$60,738,797
See more on IMDbPro »

Company Credits

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Technical Specs

Runtime:

Sound Mix:

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Color:

Aspect Ratio:

1.85 : 1
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Did You Know?

Trivia

To make James Franco's portrayal of Aron Ralston as accurate as possible, the real Ralston told director Danny Boyle to have Franco recite lyrics from the jam band Phish, Ralston's favorite band. See more »

Goofs

When Aron and the girls are taking a the photo, feathers are visible in the girl's hair. When he snaps the photo, the feather has jumped to the other side of the girl in green's head. Her necklace is outside of her shirt then tucked in, and the rock in the background is differently colored and patterned. See more »

Quotes

[first lines]
Aron Ralston: Hey. Aron here. Leave a message.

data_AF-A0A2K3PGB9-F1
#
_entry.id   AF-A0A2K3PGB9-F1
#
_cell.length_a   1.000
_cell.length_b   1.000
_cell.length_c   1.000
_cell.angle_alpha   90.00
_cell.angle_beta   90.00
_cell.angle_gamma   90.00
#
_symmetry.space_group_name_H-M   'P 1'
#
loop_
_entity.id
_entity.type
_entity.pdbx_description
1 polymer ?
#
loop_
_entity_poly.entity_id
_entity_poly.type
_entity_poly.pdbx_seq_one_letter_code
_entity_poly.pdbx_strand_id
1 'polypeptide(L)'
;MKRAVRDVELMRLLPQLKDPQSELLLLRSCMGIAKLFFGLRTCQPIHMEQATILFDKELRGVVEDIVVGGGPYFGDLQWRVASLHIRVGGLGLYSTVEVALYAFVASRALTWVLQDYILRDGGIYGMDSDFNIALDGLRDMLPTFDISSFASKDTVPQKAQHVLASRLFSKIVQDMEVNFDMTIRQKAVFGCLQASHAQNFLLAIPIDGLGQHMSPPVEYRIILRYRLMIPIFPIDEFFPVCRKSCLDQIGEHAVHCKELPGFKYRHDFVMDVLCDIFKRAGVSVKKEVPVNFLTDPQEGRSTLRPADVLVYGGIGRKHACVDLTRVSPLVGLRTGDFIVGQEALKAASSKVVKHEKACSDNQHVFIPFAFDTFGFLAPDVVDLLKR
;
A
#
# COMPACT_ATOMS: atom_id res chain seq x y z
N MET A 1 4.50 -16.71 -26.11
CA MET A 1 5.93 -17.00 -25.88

Sonja Ralston: Hey Aron. Sonja here, again. I know that you're probably gonna be away this weekend. But listen, just think about we we're gonna play. Please. 'Cause we have to decide, and we really... We need to practice, okay? Anyway, it will be fun. I promise. And oh, please call mom. Please. 'Cause she worries, which you know already. Okay. Later, A., goodbye.
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Crazy Credits

At the very end of the credits is the following paragraph: "Cycling is prohibited in Horseshoe Canyon, and in certain other specific areas of Canyonlands National Park. The filmmakers wish to make clear that neither Aron Ralson, a dedicated wilderness advocate, nor James Franco who portrays Aron in the film, cycled or condone cycling outside of the authorized trails within National Parks. For more information about protecting the Utah Canyons, the filmmakers recommend www.suwa.org". See more »

Connections

Featured in Pauw & Witteman: Episode #5.94 (2011) See more »

Soundtracks

Sleeping Monkey
(Trey Anastasio / Tom Marshall)
Published by Who Is She? Music Inc. (BMI)
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Frequently Asked Questions

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User Reviews

 
You may be dying but the world moves on
26 December 2010 | by See all my reviews